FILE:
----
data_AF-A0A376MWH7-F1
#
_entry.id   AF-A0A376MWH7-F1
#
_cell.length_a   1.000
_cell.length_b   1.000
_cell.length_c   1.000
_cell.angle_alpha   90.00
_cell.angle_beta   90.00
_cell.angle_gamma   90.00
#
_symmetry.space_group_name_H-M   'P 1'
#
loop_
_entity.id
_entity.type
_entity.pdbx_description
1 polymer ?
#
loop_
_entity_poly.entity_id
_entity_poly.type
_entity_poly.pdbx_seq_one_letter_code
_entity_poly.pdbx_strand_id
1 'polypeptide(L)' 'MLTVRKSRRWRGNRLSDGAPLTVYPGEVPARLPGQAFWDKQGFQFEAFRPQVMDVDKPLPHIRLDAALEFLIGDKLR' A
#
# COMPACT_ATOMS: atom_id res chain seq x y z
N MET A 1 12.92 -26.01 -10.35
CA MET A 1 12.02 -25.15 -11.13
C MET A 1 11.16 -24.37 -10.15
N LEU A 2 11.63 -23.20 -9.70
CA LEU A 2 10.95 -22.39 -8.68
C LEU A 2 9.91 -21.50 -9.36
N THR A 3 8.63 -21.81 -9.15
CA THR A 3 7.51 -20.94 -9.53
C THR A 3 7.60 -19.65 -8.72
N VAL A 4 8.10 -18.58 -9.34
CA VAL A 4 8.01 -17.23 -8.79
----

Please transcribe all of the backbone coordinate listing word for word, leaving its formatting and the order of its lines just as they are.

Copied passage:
data_AF-A0A376MWH7-F1
#
_entry.id   AF-A0A376MWH7-F1
#
_cell.length_a   1.000
_cell.length_b   1.000
_cell.length_c   1.000
_cell.angle_alpha   90.00
_cell.angle_beta   90.00
_cell.angle_gamma   90.00
#
_symmetry.space_group_name_H-M   'P 1'
#
loop_
_entity.id
_entity.type
_entity.pdbx_description
1 polymer ?
#
loop_
_entity_poly.entity_id
_entity_poly.type
_entity_poly.pdbx_seq_one_letter_code
_entity_poly.pdbx_strand_id
1 'polypeptide(L)' 'MLTVRKSRRWRGNRLSDGAPLTVYPGEVPARLPGQAFWDKQGFQFEAFRPQVMDVDKPLPHIRLDAALEFLIGDKLR' A
#
# COMPACT_ATOMS: atom_id res chain seq x y z
N MET A 1 12.92 -26.01 -10.35
CA MET A 1 12.02 -25.15 -11.13
C MET A 1 11.16 -24.37 -10.15
N LEU A 2 11.63 -23.20 -9.70
CA LEU A 2 10.95 -22.39 -8.68
C LEU A 2 9.91 -21.50 -9.36
N THR A 3 8.63 -21.81 -9.15
CA THR A 3 7.51 -20.94 -9.53
C THR A 3 7.60 -19.65 -8.72
N VAL A 4 8.10 -18.58 -9.34
CA VAL A 4 8.01 -17.23 -8.79